About this WINE
Domaine Vincent Paris
Vincent started out as a vigneron in 1997. Some two decades on, he is now the proud owner of eight hectares across the appellation. A portion of his vines are situated right at the top of the perilously steep Cornas slopes, looking down on the village itself. Vincent draws attention to this with his Granit cuvées – the number in their names indicates the angle of the slope where the fruit was grown.
His 2019s are bold but balanced, offering both freshness and concentration alongside a firm body of tannins. The Granit cuvées are made with mostly de-stemmed fruit, while his prestigious La Geynale, which is produced in small quantities, is made entirely with whole-bunch from 100-year-old vines, giving it more body and crunch – promising a long, rewarding life in the cellar.
Cornas is a small appellation, just 150 hectares, located south of St Joseph. It’s on the west side of the river. The name “Cornas” comes from an old Celtic dialect term, meaning “burnt land”, so it’s no surprise that on the steep terraces here, facing south, temperatures are significantly higher than those in Hermitage, which is just 7km away.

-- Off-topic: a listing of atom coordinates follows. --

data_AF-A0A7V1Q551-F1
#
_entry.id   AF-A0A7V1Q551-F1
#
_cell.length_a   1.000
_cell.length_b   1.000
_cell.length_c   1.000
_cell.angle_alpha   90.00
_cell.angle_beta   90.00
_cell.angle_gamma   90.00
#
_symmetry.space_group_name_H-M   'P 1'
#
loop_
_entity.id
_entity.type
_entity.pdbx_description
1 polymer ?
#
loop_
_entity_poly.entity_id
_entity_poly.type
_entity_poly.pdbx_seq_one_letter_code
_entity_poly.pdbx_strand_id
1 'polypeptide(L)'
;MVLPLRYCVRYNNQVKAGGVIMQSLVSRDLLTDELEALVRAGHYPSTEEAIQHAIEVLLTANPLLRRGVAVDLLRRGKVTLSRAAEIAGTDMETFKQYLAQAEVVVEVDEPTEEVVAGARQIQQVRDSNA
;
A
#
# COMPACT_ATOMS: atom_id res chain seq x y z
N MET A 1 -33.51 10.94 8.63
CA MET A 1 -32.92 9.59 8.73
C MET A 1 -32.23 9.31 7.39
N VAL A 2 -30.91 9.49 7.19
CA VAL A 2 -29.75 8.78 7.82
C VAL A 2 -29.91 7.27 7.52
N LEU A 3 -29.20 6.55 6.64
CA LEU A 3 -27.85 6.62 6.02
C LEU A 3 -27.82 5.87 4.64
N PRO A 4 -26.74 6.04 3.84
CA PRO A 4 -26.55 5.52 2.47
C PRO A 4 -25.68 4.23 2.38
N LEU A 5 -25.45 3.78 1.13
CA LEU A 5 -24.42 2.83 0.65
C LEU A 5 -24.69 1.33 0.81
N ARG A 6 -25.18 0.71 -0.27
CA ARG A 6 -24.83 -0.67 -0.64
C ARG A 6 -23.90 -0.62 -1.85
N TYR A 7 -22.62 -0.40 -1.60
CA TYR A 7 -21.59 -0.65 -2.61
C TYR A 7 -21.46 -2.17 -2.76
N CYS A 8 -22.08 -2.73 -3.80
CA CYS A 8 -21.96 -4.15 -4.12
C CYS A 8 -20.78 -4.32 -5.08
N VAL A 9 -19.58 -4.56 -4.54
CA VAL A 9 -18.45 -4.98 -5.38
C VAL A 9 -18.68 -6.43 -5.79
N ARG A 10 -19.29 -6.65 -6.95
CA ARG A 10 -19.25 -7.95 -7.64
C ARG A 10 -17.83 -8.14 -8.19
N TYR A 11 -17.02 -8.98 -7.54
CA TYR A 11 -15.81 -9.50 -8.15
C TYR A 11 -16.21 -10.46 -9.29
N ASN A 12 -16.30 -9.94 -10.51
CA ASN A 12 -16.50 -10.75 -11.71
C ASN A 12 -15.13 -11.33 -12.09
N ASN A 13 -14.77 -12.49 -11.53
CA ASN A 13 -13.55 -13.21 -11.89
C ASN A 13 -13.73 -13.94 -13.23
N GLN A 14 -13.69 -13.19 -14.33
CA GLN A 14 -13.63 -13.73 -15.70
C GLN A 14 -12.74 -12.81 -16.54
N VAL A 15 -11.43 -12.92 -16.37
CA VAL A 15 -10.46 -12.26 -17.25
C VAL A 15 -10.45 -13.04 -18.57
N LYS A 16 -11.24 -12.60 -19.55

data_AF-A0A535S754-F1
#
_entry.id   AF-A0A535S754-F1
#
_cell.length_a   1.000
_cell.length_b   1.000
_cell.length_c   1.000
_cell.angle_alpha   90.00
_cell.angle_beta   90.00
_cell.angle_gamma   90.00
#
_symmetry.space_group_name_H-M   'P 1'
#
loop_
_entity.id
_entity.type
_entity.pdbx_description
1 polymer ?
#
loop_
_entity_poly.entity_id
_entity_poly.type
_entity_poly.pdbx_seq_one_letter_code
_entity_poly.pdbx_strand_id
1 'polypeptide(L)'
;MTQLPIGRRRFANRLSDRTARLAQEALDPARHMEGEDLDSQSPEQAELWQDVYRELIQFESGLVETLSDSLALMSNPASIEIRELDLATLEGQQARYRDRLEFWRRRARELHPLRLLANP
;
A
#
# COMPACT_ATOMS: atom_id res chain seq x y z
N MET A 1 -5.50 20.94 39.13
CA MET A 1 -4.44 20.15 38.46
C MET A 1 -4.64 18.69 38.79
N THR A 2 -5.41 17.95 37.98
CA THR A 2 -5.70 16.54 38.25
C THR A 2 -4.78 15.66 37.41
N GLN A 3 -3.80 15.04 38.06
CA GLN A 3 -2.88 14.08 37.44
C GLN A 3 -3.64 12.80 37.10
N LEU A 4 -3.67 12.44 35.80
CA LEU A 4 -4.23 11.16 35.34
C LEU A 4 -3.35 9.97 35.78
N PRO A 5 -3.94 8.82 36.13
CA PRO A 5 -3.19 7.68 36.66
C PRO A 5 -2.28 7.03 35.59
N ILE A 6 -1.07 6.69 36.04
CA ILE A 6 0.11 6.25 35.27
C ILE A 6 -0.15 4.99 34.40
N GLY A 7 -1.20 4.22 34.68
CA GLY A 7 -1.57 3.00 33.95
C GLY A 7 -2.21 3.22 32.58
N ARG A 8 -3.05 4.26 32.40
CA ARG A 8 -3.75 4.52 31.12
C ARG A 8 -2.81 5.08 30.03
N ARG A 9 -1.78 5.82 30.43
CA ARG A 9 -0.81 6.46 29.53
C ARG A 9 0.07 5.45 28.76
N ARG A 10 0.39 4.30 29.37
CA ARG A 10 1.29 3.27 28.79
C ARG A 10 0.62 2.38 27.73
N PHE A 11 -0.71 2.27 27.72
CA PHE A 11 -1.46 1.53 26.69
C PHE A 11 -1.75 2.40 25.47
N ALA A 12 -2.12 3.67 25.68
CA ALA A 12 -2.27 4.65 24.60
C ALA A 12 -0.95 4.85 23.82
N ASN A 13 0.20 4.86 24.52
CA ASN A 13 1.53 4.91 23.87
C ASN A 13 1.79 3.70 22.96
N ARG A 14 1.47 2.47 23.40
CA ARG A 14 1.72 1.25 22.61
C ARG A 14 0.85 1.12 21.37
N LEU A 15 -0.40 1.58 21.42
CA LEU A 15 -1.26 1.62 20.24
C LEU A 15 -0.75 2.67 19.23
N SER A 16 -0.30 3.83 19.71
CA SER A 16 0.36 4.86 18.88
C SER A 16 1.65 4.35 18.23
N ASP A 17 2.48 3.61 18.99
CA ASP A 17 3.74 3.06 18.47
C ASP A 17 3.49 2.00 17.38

The granite soils are home to the Syrah grape, producing reds that sit somewhere between those of Hermitage and Côte-Rôtie. These are strong and powerful wines, with nervy acidity and a robust, rustic charm to them. Their prominent tannins mean that they often demand time in the cellar to express their underlying elegance and complexity.
A noble black grape variety grown particularly in the Northern Rhône where it produces the great red wines of Hermitage, Cote Rôtie and Cornas, and in Australia where it produces wines of startling depth and intensity. Reasonably low yields are a crucial factor for quality as is picking at optimum ripeness. Its heartland, Hermitage and Côte Rôtie, consists of 270 hectares of steeply terraced vineyards producing wines that brim with pepper, spices, tar and black treacle when young. After 5-10 years they become smooth and velvety with pronounced fruit characteristics of damsons, raspberries, blackcurrants and loganberries.
It is now grown extensively in the Southern Rhône where it is blended with Grenache and Mourvèdre to produce the great red wines of Châteauneuf du Pape and Gigondas amongst others. Its spiritual home in Australia is the Barossa Valley, where there are plantings dating as far back as 1860. Australian Shiraz tends to be sweeter than its Northern Rhône counterpart and the best examples are redolent of new leather, dark chocolate, liquorice, and prunes and display a blackcurrant lusciousness.
South African producers such as Eben Sadie are now producing world- class Shiraz wines that represent astonishing value for money.